Advisers will have to do more than seek the consent of their clients to maintain ongoing fee arrangements. They will have to warn of any loss or reduction of benefits that result from paying those fees.
They will also have to spell out the services the client will receive under the ongoing advice fee arrangement.
And they will be “encouraged” under the new arrangements to “collect and analyse a range of relevant and reliable consumer and transaction data to monitor consumer outcomes” in light of any disclosures.
In the case of fee consents, relevant data may include metrics on fees, renewals and accounts.
Under legislation proposed by the Government and currently issued in draft form, ASIC will have the power to make legislative instruments relating to annual renewal of advice fee arrangements, the deduction of fees from superannuation accounts and disclosures of lack of independence.
ASIC has issued a consultation paper (CP 329) setting out the legislative instruments it intends to make. It wants feedback by April 7.
Financial Sector Reform (Hayne Royal Commission Response – Protecting Consumer – 2020 Measures) Bill 2020 includes the following measures:
A requirement that ongoing fee recipients renew the arrangements annually. This provision applies to licensees providing personal financial product advice to retail clients under ongoing fee arrangements. Licensees must set out the total fees that will be charged over the period.
A requirement that a financial services licensee or authorised representative provide written disclosure of “lack of independence”. The use of terms such as “independent”, “impartial” and “unbiased” will be restricted.
A person may only use a restricted word or expression in relation to a financial services business or financial service if they do not receive a commission, remuneration based on the volume of business placed or gifts or benefits that may be expected to influence the person.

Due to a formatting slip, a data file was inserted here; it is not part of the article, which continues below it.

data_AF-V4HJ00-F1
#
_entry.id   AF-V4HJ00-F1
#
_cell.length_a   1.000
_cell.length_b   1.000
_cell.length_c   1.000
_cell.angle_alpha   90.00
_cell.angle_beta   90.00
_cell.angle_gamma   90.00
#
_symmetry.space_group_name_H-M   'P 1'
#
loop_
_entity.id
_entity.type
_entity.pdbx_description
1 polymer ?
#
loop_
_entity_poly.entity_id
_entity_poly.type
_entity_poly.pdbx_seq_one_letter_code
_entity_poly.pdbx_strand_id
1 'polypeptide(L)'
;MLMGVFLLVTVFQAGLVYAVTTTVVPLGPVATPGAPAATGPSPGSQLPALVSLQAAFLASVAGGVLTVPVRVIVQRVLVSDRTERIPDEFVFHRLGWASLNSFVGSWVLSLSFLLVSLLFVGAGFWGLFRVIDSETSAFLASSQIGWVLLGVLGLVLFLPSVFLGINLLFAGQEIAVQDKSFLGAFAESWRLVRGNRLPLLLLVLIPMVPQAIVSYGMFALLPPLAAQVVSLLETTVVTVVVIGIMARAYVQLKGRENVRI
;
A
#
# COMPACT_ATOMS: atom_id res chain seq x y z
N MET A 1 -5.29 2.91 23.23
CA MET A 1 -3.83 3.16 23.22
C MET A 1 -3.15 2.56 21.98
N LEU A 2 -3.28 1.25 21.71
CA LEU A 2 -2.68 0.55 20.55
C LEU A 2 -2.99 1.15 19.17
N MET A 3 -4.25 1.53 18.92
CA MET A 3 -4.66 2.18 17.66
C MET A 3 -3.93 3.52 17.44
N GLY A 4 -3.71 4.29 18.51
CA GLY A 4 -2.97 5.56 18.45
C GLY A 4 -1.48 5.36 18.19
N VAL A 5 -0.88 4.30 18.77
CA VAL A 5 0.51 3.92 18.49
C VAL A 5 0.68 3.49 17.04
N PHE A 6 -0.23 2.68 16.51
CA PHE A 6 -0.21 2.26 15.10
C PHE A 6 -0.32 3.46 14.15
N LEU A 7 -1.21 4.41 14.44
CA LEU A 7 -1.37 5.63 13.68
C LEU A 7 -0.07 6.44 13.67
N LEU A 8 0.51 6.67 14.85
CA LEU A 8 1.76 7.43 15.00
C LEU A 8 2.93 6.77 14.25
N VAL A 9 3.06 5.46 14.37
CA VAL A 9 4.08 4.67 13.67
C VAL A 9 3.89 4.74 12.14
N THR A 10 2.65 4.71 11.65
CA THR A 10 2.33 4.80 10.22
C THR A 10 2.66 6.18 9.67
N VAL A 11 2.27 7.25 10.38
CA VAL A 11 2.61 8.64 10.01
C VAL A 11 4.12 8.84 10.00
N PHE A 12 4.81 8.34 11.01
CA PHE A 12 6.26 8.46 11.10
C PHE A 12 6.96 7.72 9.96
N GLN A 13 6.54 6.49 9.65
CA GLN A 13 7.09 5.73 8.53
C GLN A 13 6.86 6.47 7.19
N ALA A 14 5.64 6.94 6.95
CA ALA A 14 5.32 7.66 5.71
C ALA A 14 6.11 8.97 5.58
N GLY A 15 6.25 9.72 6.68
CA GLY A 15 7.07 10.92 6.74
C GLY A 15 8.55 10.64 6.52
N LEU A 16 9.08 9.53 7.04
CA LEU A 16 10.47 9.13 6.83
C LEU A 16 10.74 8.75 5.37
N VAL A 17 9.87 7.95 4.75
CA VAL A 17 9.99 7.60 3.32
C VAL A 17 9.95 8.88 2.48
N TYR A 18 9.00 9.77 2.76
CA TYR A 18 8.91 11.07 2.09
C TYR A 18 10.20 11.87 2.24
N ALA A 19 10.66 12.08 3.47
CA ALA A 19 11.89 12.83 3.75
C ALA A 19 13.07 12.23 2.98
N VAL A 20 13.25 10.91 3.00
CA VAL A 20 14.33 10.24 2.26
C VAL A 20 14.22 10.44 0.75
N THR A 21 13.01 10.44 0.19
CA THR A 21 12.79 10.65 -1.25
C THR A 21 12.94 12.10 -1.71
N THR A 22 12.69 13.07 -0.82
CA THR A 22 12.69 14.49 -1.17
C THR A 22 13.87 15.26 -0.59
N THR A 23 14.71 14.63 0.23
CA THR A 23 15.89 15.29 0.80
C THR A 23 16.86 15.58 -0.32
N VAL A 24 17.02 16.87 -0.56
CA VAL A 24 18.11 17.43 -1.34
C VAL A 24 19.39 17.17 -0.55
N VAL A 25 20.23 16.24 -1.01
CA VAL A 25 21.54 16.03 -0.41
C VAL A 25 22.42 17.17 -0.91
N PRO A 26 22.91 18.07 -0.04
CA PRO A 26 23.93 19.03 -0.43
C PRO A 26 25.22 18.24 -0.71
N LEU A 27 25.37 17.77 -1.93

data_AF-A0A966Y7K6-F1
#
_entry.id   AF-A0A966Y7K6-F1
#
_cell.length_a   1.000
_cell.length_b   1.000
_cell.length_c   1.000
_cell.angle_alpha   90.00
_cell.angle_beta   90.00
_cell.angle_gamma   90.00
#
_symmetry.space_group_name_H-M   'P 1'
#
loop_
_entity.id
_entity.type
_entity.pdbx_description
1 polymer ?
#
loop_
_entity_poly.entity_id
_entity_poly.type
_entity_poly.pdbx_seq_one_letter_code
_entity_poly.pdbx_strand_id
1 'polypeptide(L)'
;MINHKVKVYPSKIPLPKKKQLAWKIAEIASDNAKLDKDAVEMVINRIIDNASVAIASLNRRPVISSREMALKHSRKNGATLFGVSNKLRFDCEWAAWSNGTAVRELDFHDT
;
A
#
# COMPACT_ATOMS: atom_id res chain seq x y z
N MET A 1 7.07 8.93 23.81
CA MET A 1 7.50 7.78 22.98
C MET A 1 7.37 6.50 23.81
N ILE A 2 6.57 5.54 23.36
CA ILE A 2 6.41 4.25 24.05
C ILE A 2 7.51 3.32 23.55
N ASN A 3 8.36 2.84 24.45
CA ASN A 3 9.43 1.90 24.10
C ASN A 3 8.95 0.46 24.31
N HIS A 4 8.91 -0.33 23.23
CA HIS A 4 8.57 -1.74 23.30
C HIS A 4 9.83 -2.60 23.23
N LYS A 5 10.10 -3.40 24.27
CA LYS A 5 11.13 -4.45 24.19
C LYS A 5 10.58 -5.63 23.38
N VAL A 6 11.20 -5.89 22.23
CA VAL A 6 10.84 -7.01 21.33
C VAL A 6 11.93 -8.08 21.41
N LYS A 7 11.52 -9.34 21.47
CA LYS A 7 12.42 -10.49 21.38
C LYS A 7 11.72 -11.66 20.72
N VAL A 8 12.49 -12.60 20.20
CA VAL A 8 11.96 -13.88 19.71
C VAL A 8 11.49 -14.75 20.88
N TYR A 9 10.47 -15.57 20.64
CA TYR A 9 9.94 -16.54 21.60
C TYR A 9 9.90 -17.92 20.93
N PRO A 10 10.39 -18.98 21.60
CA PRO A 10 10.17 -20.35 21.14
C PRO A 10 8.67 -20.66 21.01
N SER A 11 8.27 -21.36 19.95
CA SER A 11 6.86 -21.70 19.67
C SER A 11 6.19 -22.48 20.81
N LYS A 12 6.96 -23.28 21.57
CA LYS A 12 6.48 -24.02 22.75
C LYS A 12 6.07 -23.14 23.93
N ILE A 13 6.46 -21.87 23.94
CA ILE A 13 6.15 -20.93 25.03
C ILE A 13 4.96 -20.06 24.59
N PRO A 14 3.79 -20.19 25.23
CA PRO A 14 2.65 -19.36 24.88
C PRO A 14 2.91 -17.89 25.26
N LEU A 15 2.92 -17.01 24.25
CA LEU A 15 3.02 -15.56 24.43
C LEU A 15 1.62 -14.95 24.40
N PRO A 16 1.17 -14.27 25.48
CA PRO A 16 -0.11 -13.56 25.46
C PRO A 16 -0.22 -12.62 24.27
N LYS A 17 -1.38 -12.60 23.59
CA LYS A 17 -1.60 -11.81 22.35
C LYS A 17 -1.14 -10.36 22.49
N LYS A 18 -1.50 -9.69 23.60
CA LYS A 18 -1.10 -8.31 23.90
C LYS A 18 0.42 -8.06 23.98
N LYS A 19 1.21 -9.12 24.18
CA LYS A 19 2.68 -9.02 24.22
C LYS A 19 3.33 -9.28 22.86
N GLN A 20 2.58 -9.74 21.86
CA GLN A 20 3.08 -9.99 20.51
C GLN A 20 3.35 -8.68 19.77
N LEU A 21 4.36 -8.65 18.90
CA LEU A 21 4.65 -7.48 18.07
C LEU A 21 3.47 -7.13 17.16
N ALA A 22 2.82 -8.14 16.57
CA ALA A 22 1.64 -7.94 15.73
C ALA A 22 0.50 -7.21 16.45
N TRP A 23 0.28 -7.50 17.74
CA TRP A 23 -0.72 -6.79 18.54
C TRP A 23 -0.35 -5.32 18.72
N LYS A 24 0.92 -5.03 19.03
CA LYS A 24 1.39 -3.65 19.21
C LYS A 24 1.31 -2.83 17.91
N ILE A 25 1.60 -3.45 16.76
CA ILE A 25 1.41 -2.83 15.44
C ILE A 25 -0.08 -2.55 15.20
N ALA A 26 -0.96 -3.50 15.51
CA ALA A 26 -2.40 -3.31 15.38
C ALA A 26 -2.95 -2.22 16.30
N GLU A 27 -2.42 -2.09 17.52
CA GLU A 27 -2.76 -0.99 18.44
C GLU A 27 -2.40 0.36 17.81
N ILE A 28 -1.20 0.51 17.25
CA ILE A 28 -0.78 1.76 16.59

Advice fees in superannuation. The bill removes a superannuation trustee’s capacity to charge advice fees from MySuper products. Trustees would still be permitted to charge fees in relation to intra-fund advice as administration fees.
The planned commencement date for the new rules is July 1
ASIC’s consultation paper says: “We intend to monitor implementation of the proposed requirements and test their impact on consumer outcomes. We may reconsider the requirements in the proposed legislative instruments if we find they are resulting in adverse consumer outcomes.”
In relation to its proposed approach to consent to the deduction of ongoing fees, the regulator says it has sought to strike a balance between adopting prescriptive standards and providing flexibility for fee recipients
There are a number of specific requirements relating to the wording to consent documents. They must include an explanation of why the fee recipient is seeking the account holder’s consent.
They must include information about the services the client will be entitled to receive under the arrangement.
And consent documents must include a warning of any benefits to which the account holder is entitled that may cease or be reduced because of the deduction of ongoing fees. For example, if insurance cover is affected by a drop in the account balance after fees are paid.
When it comes to seeking consent to deduct non-ongoing fees from a super fund member’s account, the consent document must include how long the consent will last and the amount of the fees.
The consent document must include a warning of the benefits to which a fund member is entitled that may cease or be reduced because of the fees paid. The example ASIC gives is that insurance cover could cease if fees make the account balance drop below a certain level.
The consent must also include a statement to the effect that the member can withdraw their consent prior to the fee deduction occurring at any time by contacting the fund.